Newport Folk Festival is the original hippie festival. Its roots are so deep in peace and social change that there’s no need for tie dye shirts or flowers tucked behind ears. The spirit of positivity comes from every crevice of Fort Adams’ grounds here in Rhode Island. Founded in 1959 by George Wein, it’s the premiere festival for folk, snatching up board members like Pete Seeger and Albert Grossman within its first year and going on to host the 1960s blues revival, the 1980s surge of reggae rock, and Johnny Cash’s famous introduction of Kris Kristofferson.
More specifically, this weekend marks the 50th anniversary of when Bob Dylan infamously went electric. In 1965, Dylan took the stage with Mike Bloomfield and others backing him on guitar, jutting electric blues and rock and roll into his set. The crowd, utterly shocked at the change, booed. Yeah; classy. Just two years earlier, Dylan had fans smitten as a whole with his acoustic sets, but bailing on the folk orthodoxy in favor of “poor sound” was the biggest slap he could’ve given them. Turns out that set was his first live “plugged-in” set of his professional career. To this day, that change marked not only a shift in his own artistic direction, but the direction of folk rock as a whole.
Friday, a day previously marked by two or three performances, has now been expanded into a full-day lineup – and fans are eager to eat it up. They’re adapting because they want to adapt. Sure, that openness may be 50 years too late, but Newport knows how to compensate. The newfound breadth in artistry and genre has allowed the festival to encompass the sound, attitudes, and social impact of folk across the board.
Vintage folk is alive and well with new ‘tude. Angel Olsen, the most bizarrely charming performer of the day, emptied out a solo set of older gems and influential covers, nodding to her Roy Orbison similarities with a cover of “Hurts to Be Around You” and stripping Bruce Springsteen’s “Tougher Than the Rest” down to a heart-shattering ballad. As a unit of one, she illuminated the power of acoustic guitar when laced with bitter words. After “Safe In the Womb” and Burn Your Fire For No Witness bonus cut “May As Well”, she laughed to herself, seemingly at nothing, and tilted her head in a polite nod to the crowd’s generous cheers. The ‘60s were alive again. Then, as if on cue, that 21st century heart returned with the most delightfully juvenile line of the day: “My road has come to an end. I’m gonna play ‘May As Well’ and then y’all can go fart somewhere else.”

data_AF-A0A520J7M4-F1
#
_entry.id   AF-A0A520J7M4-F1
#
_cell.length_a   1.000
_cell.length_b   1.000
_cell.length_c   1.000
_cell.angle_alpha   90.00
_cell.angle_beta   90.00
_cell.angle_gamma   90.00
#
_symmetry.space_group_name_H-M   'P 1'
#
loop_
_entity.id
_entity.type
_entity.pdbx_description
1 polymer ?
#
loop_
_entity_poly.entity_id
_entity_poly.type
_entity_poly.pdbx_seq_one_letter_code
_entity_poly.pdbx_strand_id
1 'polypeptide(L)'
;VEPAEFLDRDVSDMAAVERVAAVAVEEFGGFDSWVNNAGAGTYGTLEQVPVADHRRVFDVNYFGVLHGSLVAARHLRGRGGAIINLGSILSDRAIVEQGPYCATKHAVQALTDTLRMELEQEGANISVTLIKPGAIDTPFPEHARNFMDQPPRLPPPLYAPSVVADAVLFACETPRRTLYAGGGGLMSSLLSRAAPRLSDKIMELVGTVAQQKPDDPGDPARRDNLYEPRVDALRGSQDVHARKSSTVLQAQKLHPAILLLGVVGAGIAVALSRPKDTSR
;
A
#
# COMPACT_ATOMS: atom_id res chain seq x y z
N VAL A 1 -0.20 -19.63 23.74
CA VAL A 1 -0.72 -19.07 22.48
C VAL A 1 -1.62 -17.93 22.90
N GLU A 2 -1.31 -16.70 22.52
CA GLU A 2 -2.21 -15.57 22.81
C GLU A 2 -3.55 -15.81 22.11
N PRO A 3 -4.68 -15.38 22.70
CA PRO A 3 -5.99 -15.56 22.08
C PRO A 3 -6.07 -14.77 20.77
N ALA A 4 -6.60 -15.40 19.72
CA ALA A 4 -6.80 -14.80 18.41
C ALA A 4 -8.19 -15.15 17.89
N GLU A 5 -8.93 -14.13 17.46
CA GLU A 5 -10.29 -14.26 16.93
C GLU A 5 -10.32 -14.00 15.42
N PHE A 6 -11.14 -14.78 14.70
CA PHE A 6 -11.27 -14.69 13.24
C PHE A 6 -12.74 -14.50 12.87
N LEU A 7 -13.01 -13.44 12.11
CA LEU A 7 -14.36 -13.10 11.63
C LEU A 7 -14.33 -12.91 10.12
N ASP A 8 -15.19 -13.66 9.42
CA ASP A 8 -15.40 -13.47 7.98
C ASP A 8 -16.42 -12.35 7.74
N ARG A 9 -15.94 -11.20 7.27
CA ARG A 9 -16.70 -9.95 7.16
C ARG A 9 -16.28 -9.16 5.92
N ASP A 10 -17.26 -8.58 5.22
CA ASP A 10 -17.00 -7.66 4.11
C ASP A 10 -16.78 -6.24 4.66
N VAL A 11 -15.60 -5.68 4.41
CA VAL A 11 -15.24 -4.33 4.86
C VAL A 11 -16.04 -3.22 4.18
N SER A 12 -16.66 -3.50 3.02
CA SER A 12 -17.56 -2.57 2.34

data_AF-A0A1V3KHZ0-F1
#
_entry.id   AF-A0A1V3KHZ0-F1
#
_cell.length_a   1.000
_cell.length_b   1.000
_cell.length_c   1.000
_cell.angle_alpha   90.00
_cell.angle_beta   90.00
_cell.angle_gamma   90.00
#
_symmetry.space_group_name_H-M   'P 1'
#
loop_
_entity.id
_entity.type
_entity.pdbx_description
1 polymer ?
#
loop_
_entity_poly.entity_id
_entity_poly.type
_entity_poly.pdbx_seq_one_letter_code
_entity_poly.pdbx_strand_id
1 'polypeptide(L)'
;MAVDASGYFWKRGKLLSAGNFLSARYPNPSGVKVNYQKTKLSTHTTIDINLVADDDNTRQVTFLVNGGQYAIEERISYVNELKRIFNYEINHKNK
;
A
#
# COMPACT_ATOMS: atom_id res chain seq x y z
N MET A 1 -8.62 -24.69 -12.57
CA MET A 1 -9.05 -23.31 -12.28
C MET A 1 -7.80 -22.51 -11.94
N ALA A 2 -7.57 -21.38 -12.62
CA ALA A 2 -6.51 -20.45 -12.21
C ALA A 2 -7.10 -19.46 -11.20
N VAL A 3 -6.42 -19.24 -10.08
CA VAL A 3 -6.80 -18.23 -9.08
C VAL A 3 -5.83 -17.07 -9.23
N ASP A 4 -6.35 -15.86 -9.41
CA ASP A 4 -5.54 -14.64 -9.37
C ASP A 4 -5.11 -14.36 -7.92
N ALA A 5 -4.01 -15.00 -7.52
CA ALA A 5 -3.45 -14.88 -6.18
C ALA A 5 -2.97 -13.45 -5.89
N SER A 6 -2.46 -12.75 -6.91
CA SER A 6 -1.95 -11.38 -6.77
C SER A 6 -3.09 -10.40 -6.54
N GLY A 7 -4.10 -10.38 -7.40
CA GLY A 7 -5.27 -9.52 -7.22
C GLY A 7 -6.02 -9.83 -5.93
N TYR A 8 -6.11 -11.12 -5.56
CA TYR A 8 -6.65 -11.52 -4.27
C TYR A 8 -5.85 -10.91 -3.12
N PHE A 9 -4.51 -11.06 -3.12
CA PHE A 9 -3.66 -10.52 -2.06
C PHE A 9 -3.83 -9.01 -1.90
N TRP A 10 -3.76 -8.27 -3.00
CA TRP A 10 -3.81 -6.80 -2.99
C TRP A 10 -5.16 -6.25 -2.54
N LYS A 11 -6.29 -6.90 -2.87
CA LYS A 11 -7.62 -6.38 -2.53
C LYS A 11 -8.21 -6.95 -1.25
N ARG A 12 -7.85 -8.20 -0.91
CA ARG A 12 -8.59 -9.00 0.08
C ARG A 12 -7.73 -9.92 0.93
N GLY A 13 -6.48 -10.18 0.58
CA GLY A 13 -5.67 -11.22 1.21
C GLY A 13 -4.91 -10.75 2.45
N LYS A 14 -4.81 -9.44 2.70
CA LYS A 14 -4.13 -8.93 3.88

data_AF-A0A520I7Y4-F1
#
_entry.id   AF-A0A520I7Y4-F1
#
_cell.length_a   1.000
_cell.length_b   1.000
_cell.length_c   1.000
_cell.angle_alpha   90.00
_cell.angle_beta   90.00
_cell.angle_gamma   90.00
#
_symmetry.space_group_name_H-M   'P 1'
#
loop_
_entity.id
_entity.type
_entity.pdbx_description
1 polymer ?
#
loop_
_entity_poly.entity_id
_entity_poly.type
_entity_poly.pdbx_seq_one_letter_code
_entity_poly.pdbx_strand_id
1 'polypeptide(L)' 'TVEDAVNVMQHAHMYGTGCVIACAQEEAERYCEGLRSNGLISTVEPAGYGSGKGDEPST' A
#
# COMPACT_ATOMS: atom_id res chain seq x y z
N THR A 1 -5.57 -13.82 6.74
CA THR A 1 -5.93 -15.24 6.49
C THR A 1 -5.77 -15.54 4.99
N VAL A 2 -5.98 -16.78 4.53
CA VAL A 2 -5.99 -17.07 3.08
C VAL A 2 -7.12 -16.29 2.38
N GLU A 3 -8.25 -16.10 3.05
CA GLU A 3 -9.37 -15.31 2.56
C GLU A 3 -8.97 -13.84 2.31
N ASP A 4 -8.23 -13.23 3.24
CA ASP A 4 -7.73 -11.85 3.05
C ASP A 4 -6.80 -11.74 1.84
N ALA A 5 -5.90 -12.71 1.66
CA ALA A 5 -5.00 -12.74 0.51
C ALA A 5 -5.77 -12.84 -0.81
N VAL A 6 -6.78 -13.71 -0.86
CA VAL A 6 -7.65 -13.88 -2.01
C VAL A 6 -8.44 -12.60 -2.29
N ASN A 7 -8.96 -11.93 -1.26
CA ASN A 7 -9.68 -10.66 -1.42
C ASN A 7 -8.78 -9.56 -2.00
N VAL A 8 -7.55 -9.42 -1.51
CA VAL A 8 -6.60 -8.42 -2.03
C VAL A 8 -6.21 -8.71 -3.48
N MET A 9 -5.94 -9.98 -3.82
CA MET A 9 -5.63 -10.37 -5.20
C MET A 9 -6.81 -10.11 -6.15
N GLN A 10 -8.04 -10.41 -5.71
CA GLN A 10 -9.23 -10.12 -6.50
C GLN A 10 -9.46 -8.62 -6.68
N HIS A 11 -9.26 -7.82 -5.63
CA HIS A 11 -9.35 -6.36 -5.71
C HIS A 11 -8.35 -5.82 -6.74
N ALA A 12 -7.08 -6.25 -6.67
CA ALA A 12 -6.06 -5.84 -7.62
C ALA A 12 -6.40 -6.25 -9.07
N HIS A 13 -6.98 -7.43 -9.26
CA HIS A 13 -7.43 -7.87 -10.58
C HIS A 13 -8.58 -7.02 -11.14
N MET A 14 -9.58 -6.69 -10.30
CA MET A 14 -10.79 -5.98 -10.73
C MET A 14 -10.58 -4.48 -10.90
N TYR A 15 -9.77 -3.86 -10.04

Other acts nodded to Dylan’s move to electrics. North Carolina native Hiss Golden Messenger brought his band onstage for Americana songwriting with an electric blues filter. The slower “Saturday’s Song” and “Lucia” got, the groovier their jams became, drawing applause from the audience over every steel guitar solo and chugging bass line until they flew out of their seats, eager to reward him with a standing ovation.
The Tallest Man on Earth chose full band fillers over his original acoustics, too, but his charisma on solo tracks “The Gardner” and “Love Is All” dominated whatever musical flair he hoped to wow with otherwise. Then again, the weather played just as big of a part. After festival staff took to the stage to explain emergency evacuation procedures in the face of lightening, the announcer pleaded we emit positive energy to change the weather. Even Kristian Matsson paraded to the edge of the stage before his set, shook a finger at the black skies, and told them to go away. Maybe that’s it: the importance of good will, good vibes, and good people takes precedence over safety breaking the invisible seal of reality. For Newport Folk Festival, the focus is on change brought about by the community to preserve music, not letting outside forces determine what will, what can, and what should happen.
By the time Roger Waters was set to appear, there marked an expectance of something surprising. Guest appearances had been happening all day, from Leon Bridges to the Lone Bellow, and his was stuffed. A blank spot on the schedule listed as “unannounced” became a surprise My Morning Jacket set, bringing stuffed bears and Lucius onstage for a brief hour of guttural guitar during “Spring (Among the Living)” and “Circuital” that shook the lapping water with reverb.
Then came Waters, a toothy grin spread across his face before he performed his first live set since his 2013 Wall tour. He worked his way through a new song (“Crystal Clear”), solo material (“Amused to Death”, “The Bravery of Being Out of Range”), and covers (Bob Dylan’s “Forever Young”, Buddy Guy’s “Hello In There”, Levon Helm’s “Wide River to Cross”), calling out the past greats of the festival in between. Pink Floyd material garnered the loudest applause from “Mother” to “Brain Damage” where fans continued to shout praise his way. “Obviously I love you, too, otherwise I wouldn’t be here,” he responded, spreading a contagious laugh across the crowd.
Towards the end of his set, Waters performed “Wish You Were Here” with My Morning Jacket, Lucius, Sara Watkins, and Levon Helm’s daughter, Amy, at his side. Rain was pouring, dripping down the faces of those who turned their heads to the sky, arms in the air, to scream the chorus in unison. Minutes later, the sun cleared the air and set during his final chords. It was a beautiful moment, one that Newport and Newport alone can deliver free of stifled irony and forced amusement where fan and musician became one. This was, and is, an appreciation of past and present, with no naysayers in sight to argue with the ever-changing route of folk – or those destined to fill footsteps left decades ago.